The White House’s selective anti-rape politics
April 9, 2011
In another phony-concern crusade, the Obama administration launched a campaign to exploit rape and sexual abuse—but only the small fraction occurring at school that can be blamed on young people. The severe limitations of the White House campaign demonstrate its lack of sincerity even to the point of using a vital issue like rape to promote its reelection politics.
The Department of Education’s guidance rationalizes singling out schools for its anti-sexual-abuse campaign:
The statistics on sexual violence are both deeply troubling and a call to action for the nation. A report prepared for the National Institute of Justice found that about 1 in 5 women are victims of completed or attempted sexual assault while in college. The report also found that approximately 6.1 percent of males were victims of completed or attempted sexual assault during college. According to data collected under the Jeanne Clery Disclosure of Campus Security and Campus Crime Statistics Act (Clery Act), 20 U.S.C. § 1092(f), college campuses reported nearly 3,300 forcible sex offenses as defined by the Clery Act. This prblem is not limited to college. During the 2007-2008 school year, there were 800 reported incidents of rape and attempted rape and 3,800 reported incidents of other sexual batteries at public high schools. Additionally, the likelihood that a woman with intellectual disabilities will be sexually assaulted is estimated to be significantly higher than the general population. The Department is deeply concerned about this problem and is committed to ensuring that all students feel safe in their school, so that they have the opportunity to benefit fully from the school programs and activities.
Baloney. The Department’s “concern” is too politically selective and reelection-oriented to be rated as genuine.
No doubt, the 3,300 forcible sex offenses reported on college campuses and 4,600 rapes and sexual batteries reported in American schools do indicate a problem worthy of attention. But what about the Administration’s ownDepartment of Health and Human Services’ report (see tables 3-12, 5-1, and 5-3) confirming 68,000 substantiated cases of sexual abuse victimizing youths—32,000 toward teens age 12-17 and 36,000 of children ages 11 and younger—in American homes in 2008? Is rape and molestation by adults—the large majority inflicted by perpetrators 30 and older, nearly all parents and caretakers—somehow less “deeply troubling,” less of “call to action,” than sexual offenses by peers? Or are they just politically less profitable for politicians and interests to talk about?
Both FBI and National Crime Victimization Survey reports show sexual violence by and against young people today stand at their lowest levels than at any time in the four decades of reliable reports. Of course, the 7,900 reported rapes and sexual abuses on American high school and college campuses, the 32,000 confirmed rapes and sexual abuses victimizing teens in American homes, and the thousands of admitted cases by Catholic priests and otherchurch personnel all represent serious undercounts; the true numbers are much higher. Why, then, single out schools, which account for only a fraction of the known cases. Why does it matter to the White House where sexual violence occurs?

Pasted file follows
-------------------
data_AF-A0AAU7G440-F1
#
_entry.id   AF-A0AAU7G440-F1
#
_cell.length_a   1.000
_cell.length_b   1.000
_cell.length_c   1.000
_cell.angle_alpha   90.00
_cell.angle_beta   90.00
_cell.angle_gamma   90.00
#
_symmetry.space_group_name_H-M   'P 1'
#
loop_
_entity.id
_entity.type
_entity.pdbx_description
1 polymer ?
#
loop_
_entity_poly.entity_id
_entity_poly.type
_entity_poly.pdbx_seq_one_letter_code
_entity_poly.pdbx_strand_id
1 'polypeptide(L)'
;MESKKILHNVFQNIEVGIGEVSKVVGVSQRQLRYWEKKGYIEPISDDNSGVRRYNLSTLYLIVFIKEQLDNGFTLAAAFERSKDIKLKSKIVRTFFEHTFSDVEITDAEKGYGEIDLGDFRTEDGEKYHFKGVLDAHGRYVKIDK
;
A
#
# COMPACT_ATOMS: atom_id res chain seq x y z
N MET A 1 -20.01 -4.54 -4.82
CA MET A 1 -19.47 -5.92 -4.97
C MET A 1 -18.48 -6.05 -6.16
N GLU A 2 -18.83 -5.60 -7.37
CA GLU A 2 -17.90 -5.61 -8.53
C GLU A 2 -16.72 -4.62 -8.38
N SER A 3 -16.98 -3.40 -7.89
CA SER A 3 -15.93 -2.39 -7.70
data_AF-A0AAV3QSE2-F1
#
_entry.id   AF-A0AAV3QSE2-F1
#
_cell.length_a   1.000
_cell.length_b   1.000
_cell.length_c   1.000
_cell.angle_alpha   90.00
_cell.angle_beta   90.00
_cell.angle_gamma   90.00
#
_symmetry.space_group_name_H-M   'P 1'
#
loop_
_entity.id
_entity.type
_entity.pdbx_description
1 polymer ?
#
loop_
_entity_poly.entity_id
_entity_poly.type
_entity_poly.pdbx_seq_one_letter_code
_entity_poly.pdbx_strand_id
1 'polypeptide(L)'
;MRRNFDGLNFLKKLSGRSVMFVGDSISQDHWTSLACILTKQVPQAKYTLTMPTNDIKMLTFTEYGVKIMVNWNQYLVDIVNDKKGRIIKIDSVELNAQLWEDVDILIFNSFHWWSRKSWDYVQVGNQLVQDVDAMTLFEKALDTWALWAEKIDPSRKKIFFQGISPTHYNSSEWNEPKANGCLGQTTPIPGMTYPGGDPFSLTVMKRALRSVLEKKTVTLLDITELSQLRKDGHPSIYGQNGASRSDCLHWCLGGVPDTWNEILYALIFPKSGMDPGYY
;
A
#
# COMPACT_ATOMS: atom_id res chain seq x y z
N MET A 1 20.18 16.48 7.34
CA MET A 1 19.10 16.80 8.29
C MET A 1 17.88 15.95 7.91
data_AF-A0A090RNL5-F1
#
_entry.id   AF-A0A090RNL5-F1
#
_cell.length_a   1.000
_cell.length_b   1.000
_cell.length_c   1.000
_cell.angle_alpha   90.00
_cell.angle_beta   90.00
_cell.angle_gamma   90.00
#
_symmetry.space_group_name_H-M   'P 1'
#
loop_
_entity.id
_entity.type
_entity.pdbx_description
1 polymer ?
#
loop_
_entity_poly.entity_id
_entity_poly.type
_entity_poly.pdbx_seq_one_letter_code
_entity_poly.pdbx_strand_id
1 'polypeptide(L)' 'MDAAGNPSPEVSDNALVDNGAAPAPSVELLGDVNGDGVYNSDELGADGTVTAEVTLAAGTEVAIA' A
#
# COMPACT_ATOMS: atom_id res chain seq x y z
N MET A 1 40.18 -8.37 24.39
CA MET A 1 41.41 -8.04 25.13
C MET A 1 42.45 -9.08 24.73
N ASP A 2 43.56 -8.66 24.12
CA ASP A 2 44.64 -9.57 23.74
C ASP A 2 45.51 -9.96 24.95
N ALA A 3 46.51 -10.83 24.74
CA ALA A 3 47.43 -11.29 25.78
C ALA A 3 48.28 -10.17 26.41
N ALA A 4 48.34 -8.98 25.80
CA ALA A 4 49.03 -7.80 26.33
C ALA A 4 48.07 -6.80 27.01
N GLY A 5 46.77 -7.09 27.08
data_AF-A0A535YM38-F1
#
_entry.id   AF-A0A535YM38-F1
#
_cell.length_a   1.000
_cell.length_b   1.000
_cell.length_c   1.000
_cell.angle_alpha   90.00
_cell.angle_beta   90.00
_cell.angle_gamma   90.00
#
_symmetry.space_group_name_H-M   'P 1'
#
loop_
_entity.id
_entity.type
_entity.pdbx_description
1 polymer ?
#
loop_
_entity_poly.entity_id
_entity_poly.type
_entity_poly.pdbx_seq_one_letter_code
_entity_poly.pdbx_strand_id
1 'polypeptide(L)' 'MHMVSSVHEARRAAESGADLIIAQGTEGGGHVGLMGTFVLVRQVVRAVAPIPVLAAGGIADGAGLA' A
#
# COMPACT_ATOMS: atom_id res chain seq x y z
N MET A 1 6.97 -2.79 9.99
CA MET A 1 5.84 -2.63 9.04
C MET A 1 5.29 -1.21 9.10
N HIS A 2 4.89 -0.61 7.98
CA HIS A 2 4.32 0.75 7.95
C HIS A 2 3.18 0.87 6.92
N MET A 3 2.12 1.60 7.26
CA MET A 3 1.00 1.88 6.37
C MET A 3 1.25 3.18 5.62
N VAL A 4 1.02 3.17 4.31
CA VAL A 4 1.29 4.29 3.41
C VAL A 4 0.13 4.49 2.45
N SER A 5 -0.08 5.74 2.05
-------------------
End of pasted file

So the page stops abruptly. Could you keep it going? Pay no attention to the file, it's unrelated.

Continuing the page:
The White House singled out schools and young people as the targets for its anti-sexual abuse and violence campaigns and omitted homes, churches, and other institutions due to ugly, gutless politics. Unlike families and churches, schools are seen as dominated by young people, who are always safe to scapegoat for social problems. Vice President Joe Biden made it clear that students were to be regarded as the “problem” and grownups as the “solution:” “As caring adults, as parents, and as leaders, we must deal the brutal truth. The facts surrounding these incidents are shocking,” he said. “The misplaced sense of values and priorities in some of these cases is staggering,” he said in an April 4 university speech launching the campaign.
Values? The shocking lack of values and caring reflected in the White House’s official indifference toward the politically inconvenient abuses affecting hundreds of thousands of children is revealed in the administration’s merely token statement recycling last year’s proclamation of April as National Child Abuse Prevention Month. Nor can I find any statements by Biden, the latter a staunch public Catholic, condemning priests’ abuses and the church’s efforts to conceal them. No White House summits and press splashes for impolitic sexual abuse victims.
Biden’s cowardice in failing to speaking out against sexual violence by his own adult, parental, institutional, and religious peers rendered his imprecations to college men particularly hollow: “You guys have an absolute obligation as men to speak up,” Biden said, directly addressing the men in the (university” audience. “You want to measure your manhood? Measure it based on the gumption you have to speak up.”
Only certain young rape victims interest politicians. That’s how little this president and vice president—like previous ones—really care about children and youth when advocacy for them doesn’t suit political aspirations.